Under construction Monju, PFBR,
Planned Gen IV (Gas·sodium·lead) BN-1200 ASTRID 4S, JSFR, KALIMER

See also


  1. ^ "What is Neutron - Neutron Definition". Retrieved 2017-09-19. 
  2. ^ "Neutron Flux Spectra - Nuclear Power". Retrieved 2017-08-29. 
  3. ^ Plus radium (element 88). While actually a sub-actinide, it immediately precedes actinium (89) and follows a three-element gap of instability after polonium (84) where no nuclides have half-lives of at least four years (the longest-lived nuclide in the gap is radon-222 with a half life of less than four days). Radium's longest lived isotope, at 1,600 years, thus merits the element's inclusion here.
  4. ^ Specifically from thermal neutron fission of U-235, e.g. in a typical nuclear reactor.
  5. ^ Milsted, J.; Friedman, A. M.; Stevens, C. M. (1965). "The alpha half-life of berkelium-247; a new long-lived isomer of berkelium-248". Nuclear Physics. 71 (2): 299. Bibcode:1965NucPh..71..299M. doi:10.1016/0029-5582(65)90719-4. 
    "The isotopic analyses disclosed a species of mass 248 in constant abundance in three samples analysed over a period of about 10 months. This was ascribed to an isomer of Bk248 with a half-life greater than 9 y. No growth of Cf248 was detected, and a lower limit for the β half-life can be set at about 104 y. No alpha activity attributable to the new isomer has been detected; the alpha half-life is probably greater than 300 y."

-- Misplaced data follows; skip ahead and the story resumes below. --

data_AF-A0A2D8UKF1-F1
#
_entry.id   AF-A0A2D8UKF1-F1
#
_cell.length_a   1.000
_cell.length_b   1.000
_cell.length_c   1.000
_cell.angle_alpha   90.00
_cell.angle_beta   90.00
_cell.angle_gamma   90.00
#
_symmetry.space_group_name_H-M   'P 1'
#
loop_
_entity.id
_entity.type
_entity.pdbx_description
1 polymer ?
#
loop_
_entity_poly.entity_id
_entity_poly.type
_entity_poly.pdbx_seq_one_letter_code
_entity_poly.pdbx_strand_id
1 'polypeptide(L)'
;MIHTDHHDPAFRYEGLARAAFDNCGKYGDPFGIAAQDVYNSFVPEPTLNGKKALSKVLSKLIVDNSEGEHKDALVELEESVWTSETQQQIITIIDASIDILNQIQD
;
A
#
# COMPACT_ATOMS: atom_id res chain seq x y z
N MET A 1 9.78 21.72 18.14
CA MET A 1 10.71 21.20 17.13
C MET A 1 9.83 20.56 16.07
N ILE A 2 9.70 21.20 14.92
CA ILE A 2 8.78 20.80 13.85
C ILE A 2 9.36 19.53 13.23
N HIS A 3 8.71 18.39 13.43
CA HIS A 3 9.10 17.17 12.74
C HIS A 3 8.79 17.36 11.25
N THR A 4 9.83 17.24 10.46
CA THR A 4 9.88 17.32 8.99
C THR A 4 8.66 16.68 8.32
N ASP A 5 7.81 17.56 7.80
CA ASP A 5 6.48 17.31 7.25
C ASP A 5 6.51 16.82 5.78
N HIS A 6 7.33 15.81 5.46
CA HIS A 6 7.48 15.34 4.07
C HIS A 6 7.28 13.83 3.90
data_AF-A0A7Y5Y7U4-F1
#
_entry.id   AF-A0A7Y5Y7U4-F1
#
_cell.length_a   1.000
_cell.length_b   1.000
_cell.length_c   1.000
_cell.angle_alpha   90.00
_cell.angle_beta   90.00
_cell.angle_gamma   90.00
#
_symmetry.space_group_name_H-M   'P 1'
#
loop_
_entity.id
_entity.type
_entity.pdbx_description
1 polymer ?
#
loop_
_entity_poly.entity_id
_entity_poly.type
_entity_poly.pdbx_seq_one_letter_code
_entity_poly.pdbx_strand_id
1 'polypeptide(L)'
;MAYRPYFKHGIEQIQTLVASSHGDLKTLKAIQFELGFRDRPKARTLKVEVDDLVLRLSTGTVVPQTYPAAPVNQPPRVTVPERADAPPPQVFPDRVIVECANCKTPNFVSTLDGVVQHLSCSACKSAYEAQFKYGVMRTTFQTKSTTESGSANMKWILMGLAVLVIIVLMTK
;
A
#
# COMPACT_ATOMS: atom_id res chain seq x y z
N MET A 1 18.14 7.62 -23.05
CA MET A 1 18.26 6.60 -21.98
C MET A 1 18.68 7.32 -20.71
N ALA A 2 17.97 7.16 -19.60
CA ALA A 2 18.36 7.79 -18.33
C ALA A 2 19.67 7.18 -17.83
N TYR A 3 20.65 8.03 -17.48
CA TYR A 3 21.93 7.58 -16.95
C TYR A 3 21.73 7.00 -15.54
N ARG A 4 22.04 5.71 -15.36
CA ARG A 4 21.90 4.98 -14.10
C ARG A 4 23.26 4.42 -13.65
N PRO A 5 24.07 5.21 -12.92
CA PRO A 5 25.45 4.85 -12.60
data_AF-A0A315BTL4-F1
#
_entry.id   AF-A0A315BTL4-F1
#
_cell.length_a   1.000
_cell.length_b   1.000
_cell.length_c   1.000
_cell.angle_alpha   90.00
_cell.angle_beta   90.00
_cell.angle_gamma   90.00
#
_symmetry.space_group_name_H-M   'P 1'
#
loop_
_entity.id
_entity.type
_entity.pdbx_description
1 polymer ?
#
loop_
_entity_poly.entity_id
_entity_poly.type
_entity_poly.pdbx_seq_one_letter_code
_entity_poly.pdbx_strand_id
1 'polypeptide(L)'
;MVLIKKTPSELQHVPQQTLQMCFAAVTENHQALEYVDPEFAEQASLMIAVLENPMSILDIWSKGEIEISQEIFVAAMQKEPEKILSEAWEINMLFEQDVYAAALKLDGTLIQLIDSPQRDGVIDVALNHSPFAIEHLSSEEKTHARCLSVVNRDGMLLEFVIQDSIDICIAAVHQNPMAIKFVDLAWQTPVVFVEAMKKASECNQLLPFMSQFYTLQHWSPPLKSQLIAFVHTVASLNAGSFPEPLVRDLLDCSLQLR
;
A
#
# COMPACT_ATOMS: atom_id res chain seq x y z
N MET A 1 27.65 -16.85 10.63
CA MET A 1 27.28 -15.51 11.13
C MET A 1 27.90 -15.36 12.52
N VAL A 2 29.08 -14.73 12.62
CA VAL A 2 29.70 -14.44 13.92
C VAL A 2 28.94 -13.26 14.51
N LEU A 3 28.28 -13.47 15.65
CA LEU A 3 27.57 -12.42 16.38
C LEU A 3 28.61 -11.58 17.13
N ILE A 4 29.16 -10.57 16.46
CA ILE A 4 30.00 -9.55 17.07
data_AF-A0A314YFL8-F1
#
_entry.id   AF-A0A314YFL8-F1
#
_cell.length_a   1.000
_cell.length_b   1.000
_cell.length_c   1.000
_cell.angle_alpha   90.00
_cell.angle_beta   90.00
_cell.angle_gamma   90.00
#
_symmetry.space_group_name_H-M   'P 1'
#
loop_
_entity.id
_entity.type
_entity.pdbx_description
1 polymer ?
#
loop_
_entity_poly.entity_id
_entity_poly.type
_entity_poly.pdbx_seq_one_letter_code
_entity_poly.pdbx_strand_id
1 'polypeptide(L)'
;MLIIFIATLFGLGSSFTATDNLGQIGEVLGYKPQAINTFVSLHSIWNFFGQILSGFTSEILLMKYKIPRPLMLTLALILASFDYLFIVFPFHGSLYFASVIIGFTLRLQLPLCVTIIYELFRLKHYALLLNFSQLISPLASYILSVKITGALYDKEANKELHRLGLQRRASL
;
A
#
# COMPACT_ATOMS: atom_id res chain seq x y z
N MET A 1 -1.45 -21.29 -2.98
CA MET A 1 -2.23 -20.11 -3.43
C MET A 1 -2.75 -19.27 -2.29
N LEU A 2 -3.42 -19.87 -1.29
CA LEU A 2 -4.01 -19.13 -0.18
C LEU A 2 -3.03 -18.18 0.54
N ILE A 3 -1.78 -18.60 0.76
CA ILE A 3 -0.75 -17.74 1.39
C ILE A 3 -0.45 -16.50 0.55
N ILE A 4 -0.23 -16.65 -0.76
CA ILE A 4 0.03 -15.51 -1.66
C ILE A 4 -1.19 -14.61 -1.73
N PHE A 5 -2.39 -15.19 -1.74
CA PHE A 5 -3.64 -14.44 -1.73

6. ^ This is the heaviest nuclide with a half-life of at least four years before the "Sea of Instability".
  7. ^ Excluding those "classically stable" nuclides with half-lives significantly in excess of 232Th; e.g., while 113mCd has a half-life of only fourteen years, that of 113Cd is nearly eight quadrillion years.
  8. ^ a b Smarter use of Nuclear Waste, by William H. Hannum, Gerald E. Marsh and George S. Stanford, Copyright Scientific American, 2005. Retrieved 2010-9-2.
  9. ^ "Fast Breeder Reactor Programs: History and Status" (PDF). International Panel on Fissile Materials. February 2010.